Nope, it'd be provided by an external library. Like I said in another sub-thread, I thought about cloning PHP's approach for a while. (There's a small amount of code to this end still commented out in my cgi.d and phphelpers.d modules) But, I never finished it, because I use sessions so rarely. Most usages of it don't match well with the web's stateless design - if someone opens a link on your site in a new window, can be browse both windows independently? Changing one *usually* shouldn't change the other. The two exceptions are logging in, which barely requires session data at all - matching session id and other identifiers to user id is all that's really necessary. Another big exception is something like a shopping cart. In cases like that, I prefer to use the database to store the cart anyway. So I've had no need for a fancy session system, and thus, never finished mine. It provides some session ID functions, but lets you do whatever you want with it beyond that. I can use them to store temporary files, as keys into the database, whatever. (BTW, PHP's automatic session handling *only* uses the session id. This leaves it open to trivial session hijacking. In web.d, the session functions automatically check IP address and user agent as well as cookies. It can still be hijacked in some places, but it's a little harder. To prevent hijacking in all situations, https is a required part of the solution, and the cgi library can't force that unilaterally. Well, maybe it could, but it'd suck.) I have considered adding a library for some persistent stuff though. One example is a service that pushes updates to clients. (The client uses ajax long polling or something similar to work around the limitations of the web environment.) I've written two programs in D that work like this - a real time web chat server and the more generic (and incomplete) D Windowing System's ajax bridge. But neither one simply broadcasts messages to waiting http clients. This would be useful for doing updates like Facebook. If someone posts a new wall post, it shows up on everyone's browser, pretty quickly. The usage code would look like this: broadcaster.push(channelId, message); The waiting clients run javascript that looks like so: var listener = new Listener("channelId"); listener.messageReceived = function(message) { ... }; Very simple. Maybe I'll write that today. There's two other things a longer running process is good for: 1) Session storage (see, on topic!). You speak a protocol to it... it's basically a reinvention of a database engine using memory tables. Might as well just use a real database engine with in-memory tables, or temporary files, relying on the kernel to keep them in memory. I'm in no rush to write this, since there's little need and existing stuff does it well when you do want it. If you have complex objects, you might want to keep them in memory. In that case, you can just use an embedded http server instead of cgi. My cgi class lets you do this without changing the bulk of your client code, and I've written an embedded http server in D to go with it. 2) Doing work that takes a long time or needs to be scheduled. There's three approaches to this, all of which work today: a) fork() your process, letting the child do the work while the main cgi program finishes. This is very convenient to program: // prepare stuff runInBackground( { // write code here to run, using variables prepared above }); // terminate, not worrying about the background process. It will // live on without you. The downside is I *believe* it doesn't scale to massiveness. Then again, most our sites aren't massive anyway, so does it matter? Also, I'm not sure if it scales or not, since I haven't tried. The most I've actually done using it for real was about 20 concurrent users. It did fine there, but everything does fine for small n. Another downside is communicating with it is hard. Could be solved by adding some message passing functions to the library, or combining it with the persistent notifier service described above. You would have to store it's process ID or the name of a pipe to talk to it though. Also, remember if it is doing work, you don't want to talk to it again. A cross-process lock is probably desired. Such is not handled automatically either. Finally, long running processes can't be updated. You have to kill them and restart, but if their state is only in memory, this means you lose data. Still, it is quite convenient! b) The way most PHP sites do things is to write out work to do later to the database, then depend on a cron job to check it and execute the stored commands. While it still takes care to ensure things are locked, communication is a little easier - instead of talking to the process, you poll the work list in the database. It could also use the persistent notification service. The cron job may be triggered by a lot of things. Page views (ugh), including automatic refreshes (double ugh), a real cron daemon, or user action, such as hitting ok on a schedule screen then doing it in the foreground, or a desktop application. One of my work projects went with the latter. The server cron app was moved to the user's desktops. Thanks to it all being written in a real programming language like D, reusing the code from the server app in a compiled GUI application was no trouble. I imported the same modules and compiled them for distribution. The users didn't have to install an interpreter or an httpd. 3) Use a persistent process in the first place, and run long work in a background thread, or even a foreground thread that isn't killed off by timeouts or disconnections. An embedded http server and std.concurrency can help with this. While all of these are possible, I usually stick with the traditional cron approach. It's simple enough, it's effective, and it's pretty resilient to things like the server going down. The worklist is still in the db so it can be restarted later. wow, I went off at length again.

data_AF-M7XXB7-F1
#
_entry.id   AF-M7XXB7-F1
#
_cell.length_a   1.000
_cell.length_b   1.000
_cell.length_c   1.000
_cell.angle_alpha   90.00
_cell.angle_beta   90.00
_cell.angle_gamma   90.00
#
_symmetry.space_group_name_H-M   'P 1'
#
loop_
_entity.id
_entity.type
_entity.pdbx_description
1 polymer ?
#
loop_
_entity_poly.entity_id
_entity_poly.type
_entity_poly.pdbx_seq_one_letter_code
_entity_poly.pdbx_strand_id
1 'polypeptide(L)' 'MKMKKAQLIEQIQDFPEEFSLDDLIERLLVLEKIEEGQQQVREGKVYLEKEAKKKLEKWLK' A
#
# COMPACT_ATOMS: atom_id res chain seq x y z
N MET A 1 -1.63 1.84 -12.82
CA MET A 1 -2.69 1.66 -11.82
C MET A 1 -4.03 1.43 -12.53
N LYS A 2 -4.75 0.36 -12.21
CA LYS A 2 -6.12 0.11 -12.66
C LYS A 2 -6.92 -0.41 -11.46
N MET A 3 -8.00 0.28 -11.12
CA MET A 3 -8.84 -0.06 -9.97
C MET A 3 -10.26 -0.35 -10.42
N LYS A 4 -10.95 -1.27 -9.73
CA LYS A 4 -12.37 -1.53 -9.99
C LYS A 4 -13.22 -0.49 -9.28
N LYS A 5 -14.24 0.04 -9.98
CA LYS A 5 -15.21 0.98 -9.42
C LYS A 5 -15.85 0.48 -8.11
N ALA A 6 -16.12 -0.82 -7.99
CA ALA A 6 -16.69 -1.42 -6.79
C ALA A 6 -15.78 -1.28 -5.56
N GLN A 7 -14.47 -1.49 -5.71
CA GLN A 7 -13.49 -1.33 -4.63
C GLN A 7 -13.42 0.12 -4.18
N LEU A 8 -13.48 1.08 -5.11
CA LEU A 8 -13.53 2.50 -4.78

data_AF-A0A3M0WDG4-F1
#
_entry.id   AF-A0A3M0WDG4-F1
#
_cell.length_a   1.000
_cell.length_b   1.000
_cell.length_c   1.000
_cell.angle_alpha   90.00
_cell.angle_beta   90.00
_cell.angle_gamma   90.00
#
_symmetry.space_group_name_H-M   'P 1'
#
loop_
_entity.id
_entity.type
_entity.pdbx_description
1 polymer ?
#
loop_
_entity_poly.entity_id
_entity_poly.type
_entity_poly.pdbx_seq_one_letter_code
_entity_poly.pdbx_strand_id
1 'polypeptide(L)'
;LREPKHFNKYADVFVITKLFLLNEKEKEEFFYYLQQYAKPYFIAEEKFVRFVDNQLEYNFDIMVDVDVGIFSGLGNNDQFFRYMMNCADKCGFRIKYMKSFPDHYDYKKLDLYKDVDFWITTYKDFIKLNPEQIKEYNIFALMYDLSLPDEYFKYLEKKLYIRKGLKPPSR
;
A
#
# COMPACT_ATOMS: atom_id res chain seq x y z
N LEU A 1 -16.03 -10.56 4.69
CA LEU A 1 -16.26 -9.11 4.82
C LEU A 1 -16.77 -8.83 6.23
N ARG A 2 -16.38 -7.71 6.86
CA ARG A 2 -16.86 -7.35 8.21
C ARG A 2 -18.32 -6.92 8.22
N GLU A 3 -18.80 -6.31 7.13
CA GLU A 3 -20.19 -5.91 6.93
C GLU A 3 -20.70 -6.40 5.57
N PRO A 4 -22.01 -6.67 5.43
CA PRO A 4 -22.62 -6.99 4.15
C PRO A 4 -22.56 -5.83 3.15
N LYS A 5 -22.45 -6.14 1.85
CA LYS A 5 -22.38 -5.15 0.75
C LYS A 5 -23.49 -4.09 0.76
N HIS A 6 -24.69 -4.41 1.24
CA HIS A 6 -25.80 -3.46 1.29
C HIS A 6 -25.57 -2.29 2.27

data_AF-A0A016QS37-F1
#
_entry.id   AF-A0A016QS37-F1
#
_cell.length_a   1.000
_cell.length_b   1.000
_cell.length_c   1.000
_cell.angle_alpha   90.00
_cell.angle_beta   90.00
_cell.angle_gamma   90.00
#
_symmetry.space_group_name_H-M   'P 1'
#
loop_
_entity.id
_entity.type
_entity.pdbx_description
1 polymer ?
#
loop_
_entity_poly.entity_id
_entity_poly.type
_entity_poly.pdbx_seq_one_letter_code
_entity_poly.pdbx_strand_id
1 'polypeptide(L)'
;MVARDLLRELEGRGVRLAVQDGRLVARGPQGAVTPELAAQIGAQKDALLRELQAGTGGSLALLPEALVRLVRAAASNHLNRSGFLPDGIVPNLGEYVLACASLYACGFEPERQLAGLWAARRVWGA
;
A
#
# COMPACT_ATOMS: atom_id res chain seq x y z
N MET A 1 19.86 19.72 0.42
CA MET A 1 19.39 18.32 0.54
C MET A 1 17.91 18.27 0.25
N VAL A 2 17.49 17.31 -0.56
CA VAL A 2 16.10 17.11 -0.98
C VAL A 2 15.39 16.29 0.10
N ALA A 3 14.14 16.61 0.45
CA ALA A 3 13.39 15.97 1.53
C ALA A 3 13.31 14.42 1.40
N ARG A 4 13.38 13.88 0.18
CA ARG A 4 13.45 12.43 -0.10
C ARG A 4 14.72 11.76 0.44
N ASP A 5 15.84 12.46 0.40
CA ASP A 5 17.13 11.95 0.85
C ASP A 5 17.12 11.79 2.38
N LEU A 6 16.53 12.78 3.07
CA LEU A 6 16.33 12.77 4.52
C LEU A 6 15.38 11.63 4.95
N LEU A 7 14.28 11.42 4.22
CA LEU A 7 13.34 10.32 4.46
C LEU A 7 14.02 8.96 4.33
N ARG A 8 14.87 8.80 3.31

May 15 2011